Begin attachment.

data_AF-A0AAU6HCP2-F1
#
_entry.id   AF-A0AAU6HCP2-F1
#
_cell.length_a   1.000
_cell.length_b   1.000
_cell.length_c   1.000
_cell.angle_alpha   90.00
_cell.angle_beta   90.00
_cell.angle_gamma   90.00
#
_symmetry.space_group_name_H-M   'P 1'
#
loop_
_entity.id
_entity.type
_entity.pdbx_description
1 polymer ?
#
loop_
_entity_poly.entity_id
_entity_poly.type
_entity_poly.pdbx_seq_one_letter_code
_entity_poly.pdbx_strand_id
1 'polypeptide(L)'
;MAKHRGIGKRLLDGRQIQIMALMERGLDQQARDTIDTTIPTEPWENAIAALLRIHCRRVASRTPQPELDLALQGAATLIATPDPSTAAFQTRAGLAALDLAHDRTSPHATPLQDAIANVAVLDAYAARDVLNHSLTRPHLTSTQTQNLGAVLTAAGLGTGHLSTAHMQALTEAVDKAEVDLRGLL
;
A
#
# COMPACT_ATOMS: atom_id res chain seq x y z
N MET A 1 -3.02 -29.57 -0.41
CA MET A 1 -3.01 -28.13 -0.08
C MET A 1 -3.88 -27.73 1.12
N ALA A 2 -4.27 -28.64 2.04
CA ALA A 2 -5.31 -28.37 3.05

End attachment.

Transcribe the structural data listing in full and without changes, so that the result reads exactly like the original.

data_AF-A0AAU6HCP2-F1
#
_entry.id   AF-A0AAU6HCP2-F1
#
_cell.length_a   1.000
_cell.length_b   1.000
_cell.length_c   1.000
_cell.angle_alpha   90.00
_cell.angle_beta   90.00
_cell.angle_gamma   90.00
#
_symmetry.space_group_name_H-M   'P 1'
#
loop_
_entity.id
_entity.type
_entity.pdbx_description
1 polymer ?
#
loop_
_entity_poly.entity_id
_entity_poly.type
_entity_poly.pdbx_seq_one_letter_code
_entity_poly.pdbx_strand_id
1 'polypeptide(L)'
;MAKHRGIGKRLLDGRQIQIMALMERGLDQQARDTIDTTIPTEPWENAIAALLRIHCRRVASRTPQPELDLALQGAATLIATPDPSTAAFQTRAGLAALDLAHDRTSPHATPLQDAIANVAVLDAYAARDVLNHSLTRPHLTSTQTQNLGAVLTAAGLGTGHLSTAHMQALTEAVDKAEVDLRGLL
;
A
#
# COMPACT_ATOMS: atom_id res chain seq x y z
N MET A 1 -3.02 -29.57 -0.41
CA MET A 1 -3.01 -28.13 -0.08
C MET A 1 -3.88 -27.73 1.12
N ALA A 2 -4.27 -28.64 2.04
CA ALA A 2 -5.31 -28.37 3.05